“You were right. When I left, they were all indulging in a rather riotous game of Blind Man’s Bluff. I was glad to escape and your sister was trying desperately to think of an excuse to escape too.”

“I’m not surprised. I just hope she took the breakables with her, otherwise you’ll have none left.”

“Oh, they’re under strict instructions not to break anything, otherwise they’ll have to face Marie’s wrath as well as Madge’s.” Jo grinned.

“I should think they’ll be careful, in that case. I know what Marie can be like when she gets going.”

“Yes, I do believe you managed to rouse her on occasion.”

“There wasn’t much left of me either, once she’d finished.”

“What do you plan to do this afternoon?”

“I was just planning to read and maybe write a letter.”

“What about dinner? You don’t have much food in the house.”

“I know. I’m sure there’s a tin of soup I can warm up in the cupboard”

“I’ll ask Marie to make something up for you, and the girls can bring it back with them. They’ll be leaving straight after dinner, so it won’t be late.”

“Thank you.”

“I’ll leave you in peace, then. I need to go over to the Sanatorium before I go back home. Are you planning to get up?”

“Yes.”

“I’ll build the fire up in the lounge for you.”

“Thanks, Jem. Thanks for coming over as well.” He smiled as he stood back up.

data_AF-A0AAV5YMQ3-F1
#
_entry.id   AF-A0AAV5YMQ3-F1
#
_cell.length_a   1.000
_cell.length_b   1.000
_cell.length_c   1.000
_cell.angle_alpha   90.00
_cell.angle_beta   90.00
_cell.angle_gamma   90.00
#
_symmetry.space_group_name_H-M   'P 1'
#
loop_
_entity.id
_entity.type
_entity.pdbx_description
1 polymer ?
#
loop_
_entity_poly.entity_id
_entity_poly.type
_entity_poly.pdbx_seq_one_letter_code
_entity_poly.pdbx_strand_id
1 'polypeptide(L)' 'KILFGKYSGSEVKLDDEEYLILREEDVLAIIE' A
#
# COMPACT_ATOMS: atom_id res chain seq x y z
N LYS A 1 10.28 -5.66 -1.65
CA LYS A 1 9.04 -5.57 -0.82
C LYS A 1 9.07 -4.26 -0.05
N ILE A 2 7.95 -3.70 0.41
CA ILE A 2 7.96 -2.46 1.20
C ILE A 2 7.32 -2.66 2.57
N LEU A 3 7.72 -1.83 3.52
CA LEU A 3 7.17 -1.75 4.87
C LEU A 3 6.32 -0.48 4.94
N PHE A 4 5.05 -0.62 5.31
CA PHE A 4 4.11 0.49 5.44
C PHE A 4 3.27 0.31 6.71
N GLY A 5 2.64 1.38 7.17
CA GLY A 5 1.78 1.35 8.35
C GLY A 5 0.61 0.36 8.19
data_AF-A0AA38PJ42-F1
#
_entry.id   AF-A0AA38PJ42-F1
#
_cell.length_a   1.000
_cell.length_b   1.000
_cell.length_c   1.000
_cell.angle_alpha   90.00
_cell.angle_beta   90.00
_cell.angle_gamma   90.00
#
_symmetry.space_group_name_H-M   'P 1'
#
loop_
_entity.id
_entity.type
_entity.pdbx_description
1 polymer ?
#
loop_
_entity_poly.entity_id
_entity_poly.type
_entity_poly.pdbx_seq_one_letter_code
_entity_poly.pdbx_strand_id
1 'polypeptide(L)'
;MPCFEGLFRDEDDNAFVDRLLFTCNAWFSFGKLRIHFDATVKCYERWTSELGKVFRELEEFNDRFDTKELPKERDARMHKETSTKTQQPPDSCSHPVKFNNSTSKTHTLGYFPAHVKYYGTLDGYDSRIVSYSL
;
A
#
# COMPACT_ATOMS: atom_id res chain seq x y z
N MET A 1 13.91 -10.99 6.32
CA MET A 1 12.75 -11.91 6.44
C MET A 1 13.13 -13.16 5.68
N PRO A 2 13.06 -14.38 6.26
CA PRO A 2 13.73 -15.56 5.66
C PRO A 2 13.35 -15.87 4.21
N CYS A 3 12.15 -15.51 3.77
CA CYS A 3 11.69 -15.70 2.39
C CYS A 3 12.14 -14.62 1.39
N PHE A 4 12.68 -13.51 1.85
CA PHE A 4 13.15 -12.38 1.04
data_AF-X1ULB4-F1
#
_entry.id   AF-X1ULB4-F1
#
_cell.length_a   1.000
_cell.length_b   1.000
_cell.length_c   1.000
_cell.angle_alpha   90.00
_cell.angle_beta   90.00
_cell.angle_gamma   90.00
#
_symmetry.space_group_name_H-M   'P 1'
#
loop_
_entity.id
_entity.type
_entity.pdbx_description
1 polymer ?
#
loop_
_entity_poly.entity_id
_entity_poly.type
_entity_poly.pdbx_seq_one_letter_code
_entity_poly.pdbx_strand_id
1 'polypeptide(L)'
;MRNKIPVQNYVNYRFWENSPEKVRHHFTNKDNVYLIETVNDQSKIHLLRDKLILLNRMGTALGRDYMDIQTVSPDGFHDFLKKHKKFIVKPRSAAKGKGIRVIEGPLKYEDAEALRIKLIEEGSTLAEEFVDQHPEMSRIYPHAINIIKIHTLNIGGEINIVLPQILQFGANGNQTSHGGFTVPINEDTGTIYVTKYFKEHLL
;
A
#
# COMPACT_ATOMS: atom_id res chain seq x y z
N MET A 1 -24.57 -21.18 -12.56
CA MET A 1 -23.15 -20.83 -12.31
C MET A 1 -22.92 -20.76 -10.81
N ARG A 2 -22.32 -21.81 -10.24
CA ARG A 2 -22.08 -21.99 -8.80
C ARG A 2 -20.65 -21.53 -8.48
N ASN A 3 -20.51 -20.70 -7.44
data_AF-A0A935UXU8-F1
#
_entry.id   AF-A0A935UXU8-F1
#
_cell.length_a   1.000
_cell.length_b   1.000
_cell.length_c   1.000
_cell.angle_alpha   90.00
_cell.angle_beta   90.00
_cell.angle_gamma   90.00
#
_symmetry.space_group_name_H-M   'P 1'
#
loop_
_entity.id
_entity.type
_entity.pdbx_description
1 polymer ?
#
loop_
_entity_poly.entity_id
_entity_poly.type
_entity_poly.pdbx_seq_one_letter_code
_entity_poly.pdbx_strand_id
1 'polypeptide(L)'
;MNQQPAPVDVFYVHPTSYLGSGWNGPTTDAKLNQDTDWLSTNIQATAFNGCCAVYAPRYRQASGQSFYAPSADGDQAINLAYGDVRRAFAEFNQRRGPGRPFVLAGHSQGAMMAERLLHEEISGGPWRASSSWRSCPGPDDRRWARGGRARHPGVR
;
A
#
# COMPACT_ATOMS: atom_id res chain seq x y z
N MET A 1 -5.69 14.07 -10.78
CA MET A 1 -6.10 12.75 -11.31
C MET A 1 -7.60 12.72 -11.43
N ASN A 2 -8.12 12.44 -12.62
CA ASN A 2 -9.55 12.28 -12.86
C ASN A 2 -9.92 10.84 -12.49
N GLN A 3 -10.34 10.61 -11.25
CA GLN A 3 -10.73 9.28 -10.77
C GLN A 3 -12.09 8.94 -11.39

“My pleasure. Take care of yourself, Jo. I’ll see you in a few days.”

“Bye.” He disappeared through the door and Jo heard him going downstairs. She climbed out of bed and went to the bathroom to wash. As she crossed the landing back to her bedroom, she heard the front door closing and knew she was alone in the house once more.

Jo was sitting in the warmth of the lounge when she heard the front door bang, heralding the arrival of the others. Flora and Fiona came running into the room, and went to warm themselves at the fire. Robin went straight to the kitchen to put the plate she was carrying into the oven to heat through and turn the kettle on. Daisy was still over at the Round House and would be coming back the next day.

“Hello, twins. Did you have a good day?”

“Yes, thank you,” they answered in unison.

“We played lots of games and Fiona beat Rix at Monopoly,” Flora added triumphantly.

“Oh, well done, Fiona. Not many people manage to beat him.”

“No, he was very grudging in his congratulations,” laughed Robin, who had entered in time to hear this. “He was most put out that he’d been beaten by a girl.”

“He won the other game we played, though,” Fiona said.

“He also fell over the footstool when we were playing Blind Man’s Bluff and gave himself a black eye,” giggled Flora. “Wasn’t he mad?”

“I can imagine,” Jo replied. “He’s always been one to fall over anything if it so much as looks at him.”

“Are you hungry, Jo? Marie has sent you a plateful of food and it should be warm, now.” Robin asked.

“That sounds lovely, Robin.”

“I’ll bring it through for you. It’s too cold for you to eat it in the kitchen. Twins, will you come and fetch the teapot and the things for the table, please?” The three of them departed, returning a minute or so later. Jo sat down to a hot meal and the others joined her at the table with cups of tea. When she had finished, they gathered round the fire for a short while before going upstairs to bed.